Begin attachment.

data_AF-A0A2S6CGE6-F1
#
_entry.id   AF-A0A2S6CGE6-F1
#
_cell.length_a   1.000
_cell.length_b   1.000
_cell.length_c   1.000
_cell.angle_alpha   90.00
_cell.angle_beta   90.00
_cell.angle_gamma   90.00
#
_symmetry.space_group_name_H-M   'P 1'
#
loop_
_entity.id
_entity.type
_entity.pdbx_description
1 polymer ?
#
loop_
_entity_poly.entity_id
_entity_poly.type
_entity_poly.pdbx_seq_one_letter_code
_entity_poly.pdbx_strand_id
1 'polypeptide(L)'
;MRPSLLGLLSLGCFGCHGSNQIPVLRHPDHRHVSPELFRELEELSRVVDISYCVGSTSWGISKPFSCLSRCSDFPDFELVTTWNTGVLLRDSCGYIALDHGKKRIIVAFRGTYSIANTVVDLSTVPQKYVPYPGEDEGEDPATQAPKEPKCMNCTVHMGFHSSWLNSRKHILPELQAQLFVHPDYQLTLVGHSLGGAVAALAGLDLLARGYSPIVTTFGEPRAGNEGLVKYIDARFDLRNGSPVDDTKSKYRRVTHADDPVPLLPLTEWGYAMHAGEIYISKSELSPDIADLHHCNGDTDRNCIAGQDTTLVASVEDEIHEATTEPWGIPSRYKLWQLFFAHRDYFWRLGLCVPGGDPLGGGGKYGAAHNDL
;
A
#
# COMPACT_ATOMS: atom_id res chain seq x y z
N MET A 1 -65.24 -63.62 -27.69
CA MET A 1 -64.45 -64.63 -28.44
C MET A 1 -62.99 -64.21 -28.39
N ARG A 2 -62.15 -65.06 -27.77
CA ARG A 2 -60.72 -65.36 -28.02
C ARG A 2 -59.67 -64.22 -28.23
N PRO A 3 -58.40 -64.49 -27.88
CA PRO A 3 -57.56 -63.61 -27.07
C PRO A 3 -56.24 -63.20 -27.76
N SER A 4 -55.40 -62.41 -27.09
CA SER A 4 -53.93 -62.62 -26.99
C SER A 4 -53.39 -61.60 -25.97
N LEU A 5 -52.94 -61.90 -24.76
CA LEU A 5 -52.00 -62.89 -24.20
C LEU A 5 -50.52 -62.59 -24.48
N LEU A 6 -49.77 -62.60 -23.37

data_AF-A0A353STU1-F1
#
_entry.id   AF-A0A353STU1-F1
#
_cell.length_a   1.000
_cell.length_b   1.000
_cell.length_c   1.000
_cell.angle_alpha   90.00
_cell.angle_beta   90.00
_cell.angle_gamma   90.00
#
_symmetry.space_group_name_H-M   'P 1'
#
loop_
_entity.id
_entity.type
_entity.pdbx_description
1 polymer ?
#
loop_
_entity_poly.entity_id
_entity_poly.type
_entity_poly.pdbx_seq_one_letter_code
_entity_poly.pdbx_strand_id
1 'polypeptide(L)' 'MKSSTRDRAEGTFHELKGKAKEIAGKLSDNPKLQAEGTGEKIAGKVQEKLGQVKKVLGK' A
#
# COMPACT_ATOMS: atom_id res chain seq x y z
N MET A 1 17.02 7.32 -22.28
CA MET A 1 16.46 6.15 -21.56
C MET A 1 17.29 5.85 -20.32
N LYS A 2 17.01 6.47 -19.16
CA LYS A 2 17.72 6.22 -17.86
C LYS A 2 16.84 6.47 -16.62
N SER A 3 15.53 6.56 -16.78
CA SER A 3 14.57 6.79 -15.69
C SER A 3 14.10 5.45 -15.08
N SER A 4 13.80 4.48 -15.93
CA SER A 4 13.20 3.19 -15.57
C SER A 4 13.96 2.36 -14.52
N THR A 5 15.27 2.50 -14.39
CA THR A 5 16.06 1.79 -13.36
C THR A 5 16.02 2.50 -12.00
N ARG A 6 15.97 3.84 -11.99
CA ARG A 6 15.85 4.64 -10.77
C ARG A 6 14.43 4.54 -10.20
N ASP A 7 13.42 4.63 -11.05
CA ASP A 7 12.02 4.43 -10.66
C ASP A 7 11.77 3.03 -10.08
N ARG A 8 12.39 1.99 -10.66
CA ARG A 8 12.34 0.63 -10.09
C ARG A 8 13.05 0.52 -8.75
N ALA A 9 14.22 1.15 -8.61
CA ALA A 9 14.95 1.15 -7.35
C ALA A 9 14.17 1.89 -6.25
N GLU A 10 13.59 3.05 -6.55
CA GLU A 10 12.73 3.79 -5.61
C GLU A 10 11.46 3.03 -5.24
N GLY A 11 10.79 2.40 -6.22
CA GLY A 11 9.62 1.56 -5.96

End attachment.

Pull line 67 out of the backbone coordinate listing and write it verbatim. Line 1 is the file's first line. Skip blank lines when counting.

_entity_poly.entity_id